Employing New Technology to Clean Up an Old Site

Cleanup work has resumed at a former chemical plant in central Michigan that’s become one of the country’s costliest Superfund sites. However, these efforts come with a new twist. The EPA plans to test a new method to remove soil contaminants in floodplains downstream from a former chemical plant in central Michigan with hopes that it could save millions of dollars on the costs of this ongoing cleanup.

Velsicol Chemical Corp. (formerly Michigan Chemical Corp.) produced various chemical compounds and products at the subject site in St. Louis, Michigan from 1936 to 1978. These products included the fire retardant, polybrominated biphenyl (PBB), and the pesticide, DDT. In the 1980s, the factory was demolished, but DDT and other volatile organic chemicals were left behind at the site when the plant closed. The chemicals polluted the groundwater, soil and Pine River that bordered the plant.

From 1998 to 2006, actions taken at the site addressed contamination in the Pine River at a cost of over $100 million. There has also been a comprehensive cleanup of the main plant site and a residential soil cleanup. In the summer of 2017, the EPA announced it was beginning cleanup at the Velsicol Chemical Corp. Superfund site later that summer and $9.7 million in funding was pledged towards the cleanup. The first phase of the site cleanup was completed last fall and the second phase is underway. The two concentrated areas have utilized in situ thermal treatment. The in-place thermal treatment of the second three-acre area will be completed in two phases and is estimated to be complete by the fall of 2021. Project cost to treat Area Two alone is estimated to be $25 million. Unfortunately, after roughly 40 years, the cleanup is still not done and costs to clean up the former Velsicol Chemical Corp. site continue to accrue.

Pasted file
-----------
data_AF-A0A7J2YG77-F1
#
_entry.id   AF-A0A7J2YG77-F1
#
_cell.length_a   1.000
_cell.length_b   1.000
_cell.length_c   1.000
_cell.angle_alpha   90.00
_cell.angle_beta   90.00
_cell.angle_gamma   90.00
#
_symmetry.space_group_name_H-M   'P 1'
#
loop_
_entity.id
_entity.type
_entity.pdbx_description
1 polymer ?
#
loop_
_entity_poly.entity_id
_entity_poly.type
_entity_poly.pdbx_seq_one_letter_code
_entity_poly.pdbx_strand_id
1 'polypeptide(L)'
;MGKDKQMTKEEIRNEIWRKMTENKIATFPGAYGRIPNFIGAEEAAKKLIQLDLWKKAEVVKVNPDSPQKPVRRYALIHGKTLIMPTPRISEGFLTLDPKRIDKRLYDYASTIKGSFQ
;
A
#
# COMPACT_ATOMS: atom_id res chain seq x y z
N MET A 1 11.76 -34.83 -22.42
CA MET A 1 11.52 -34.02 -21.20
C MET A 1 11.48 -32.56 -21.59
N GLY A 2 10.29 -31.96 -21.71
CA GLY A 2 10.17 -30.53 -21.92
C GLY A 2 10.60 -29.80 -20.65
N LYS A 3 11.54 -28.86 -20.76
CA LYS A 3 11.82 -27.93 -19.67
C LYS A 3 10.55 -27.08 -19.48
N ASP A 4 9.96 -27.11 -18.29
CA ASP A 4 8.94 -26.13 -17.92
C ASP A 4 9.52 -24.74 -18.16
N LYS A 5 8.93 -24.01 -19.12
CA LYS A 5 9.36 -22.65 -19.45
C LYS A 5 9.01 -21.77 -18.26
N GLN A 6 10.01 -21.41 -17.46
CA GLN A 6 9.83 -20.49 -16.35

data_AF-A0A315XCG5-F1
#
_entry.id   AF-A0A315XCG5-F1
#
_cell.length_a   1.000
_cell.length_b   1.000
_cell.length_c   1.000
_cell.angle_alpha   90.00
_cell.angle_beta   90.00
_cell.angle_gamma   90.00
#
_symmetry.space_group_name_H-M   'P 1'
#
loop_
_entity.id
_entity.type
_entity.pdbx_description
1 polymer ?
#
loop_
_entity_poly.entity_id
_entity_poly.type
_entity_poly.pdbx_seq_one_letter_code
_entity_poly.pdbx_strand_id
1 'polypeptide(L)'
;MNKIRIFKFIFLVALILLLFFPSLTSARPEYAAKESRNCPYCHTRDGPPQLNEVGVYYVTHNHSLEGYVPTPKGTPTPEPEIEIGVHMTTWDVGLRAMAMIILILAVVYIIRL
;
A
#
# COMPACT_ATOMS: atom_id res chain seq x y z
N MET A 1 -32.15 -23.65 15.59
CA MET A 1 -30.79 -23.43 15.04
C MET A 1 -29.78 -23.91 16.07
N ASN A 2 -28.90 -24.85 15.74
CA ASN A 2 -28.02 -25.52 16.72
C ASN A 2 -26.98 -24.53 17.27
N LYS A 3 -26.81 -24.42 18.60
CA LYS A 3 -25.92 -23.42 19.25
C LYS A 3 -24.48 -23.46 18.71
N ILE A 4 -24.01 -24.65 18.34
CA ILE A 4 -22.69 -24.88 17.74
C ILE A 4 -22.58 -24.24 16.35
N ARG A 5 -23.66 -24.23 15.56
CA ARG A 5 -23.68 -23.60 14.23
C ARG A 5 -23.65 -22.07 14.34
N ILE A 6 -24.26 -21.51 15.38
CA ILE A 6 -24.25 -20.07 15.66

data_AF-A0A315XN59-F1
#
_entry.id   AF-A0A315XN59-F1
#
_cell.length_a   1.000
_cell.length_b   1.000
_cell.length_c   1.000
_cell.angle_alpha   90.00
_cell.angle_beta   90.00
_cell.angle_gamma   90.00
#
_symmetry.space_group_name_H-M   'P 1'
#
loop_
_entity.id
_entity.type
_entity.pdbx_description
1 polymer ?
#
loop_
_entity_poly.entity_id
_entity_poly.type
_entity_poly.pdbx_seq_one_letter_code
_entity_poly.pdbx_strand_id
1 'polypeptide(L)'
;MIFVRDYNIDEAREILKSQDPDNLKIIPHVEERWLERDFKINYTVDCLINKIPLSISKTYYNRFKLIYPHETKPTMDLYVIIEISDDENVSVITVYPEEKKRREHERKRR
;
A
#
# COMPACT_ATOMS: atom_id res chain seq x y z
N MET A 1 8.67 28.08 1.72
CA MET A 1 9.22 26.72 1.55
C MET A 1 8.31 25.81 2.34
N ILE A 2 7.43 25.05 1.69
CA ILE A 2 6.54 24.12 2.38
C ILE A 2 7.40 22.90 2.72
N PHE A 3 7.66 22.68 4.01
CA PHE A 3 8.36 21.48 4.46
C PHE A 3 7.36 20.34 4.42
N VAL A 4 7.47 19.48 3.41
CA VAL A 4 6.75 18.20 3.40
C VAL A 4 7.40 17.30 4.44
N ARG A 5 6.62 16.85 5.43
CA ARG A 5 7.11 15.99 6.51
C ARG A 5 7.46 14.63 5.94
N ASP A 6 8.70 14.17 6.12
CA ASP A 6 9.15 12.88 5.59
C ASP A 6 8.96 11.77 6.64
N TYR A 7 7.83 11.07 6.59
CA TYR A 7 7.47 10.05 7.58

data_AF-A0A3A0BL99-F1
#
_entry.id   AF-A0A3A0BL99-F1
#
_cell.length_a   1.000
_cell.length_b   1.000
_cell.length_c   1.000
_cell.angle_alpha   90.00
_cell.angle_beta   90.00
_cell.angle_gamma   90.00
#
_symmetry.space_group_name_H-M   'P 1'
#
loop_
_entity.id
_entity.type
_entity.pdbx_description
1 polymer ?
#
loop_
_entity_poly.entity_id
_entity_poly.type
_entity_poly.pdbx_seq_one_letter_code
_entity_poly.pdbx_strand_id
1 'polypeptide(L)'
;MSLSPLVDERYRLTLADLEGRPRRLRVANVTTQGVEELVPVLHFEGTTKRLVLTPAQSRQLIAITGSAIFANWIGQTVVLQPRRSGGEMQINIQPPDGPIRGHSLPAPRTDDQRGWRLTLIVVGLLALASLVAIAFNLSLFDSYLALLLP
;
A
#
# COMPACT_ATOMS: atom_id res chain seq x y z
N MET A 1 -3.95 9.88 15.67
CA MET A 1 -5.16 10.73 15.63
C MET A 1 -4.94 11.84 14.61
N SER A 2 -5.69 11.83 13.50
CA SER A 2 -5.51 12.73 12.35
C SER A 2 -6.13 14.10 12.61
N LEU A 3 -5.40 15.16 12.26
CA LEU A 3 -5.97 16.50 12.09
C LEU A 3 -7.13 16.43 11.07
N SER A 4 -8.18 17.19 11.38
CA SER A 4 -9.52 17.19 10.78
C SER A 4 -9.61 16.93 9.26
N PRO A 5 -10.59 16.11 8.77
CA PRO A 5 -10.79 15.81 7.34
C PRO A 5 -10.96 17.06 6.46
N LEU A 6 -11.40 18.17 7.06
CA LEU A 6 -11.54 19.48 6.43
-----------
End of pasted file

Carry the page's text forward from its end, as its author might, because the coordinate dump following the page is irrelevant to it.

Now, the EPA is planning to test a new method to remove soil contaminants in flood plains downstream from a former chemical plant. As reported by the Morning Sun, the EPA has directed $30,000 in grant money towards this effort to study the possible use of activated charcoal as a way to remove concentrations of the chemical DDT in flood plain soil. The pilot study will spread activated charcoal over soil contaminated with DDT to test whether the chemical binds to carbon. The chemical would then remain in the soil but it would no longer be bioavailable to be taken up by organisms.  See, A Citizen’s Guide to Activated Carbon Treatment.

EPA officials said the agency may present findings this summer, but that the entire process should take a year. If successful, the process could save millions of dollars in ongoing cleanup efforts at one of the country’s costliest Superfund sites and could prove useful to reduce the cleanup of other sites.

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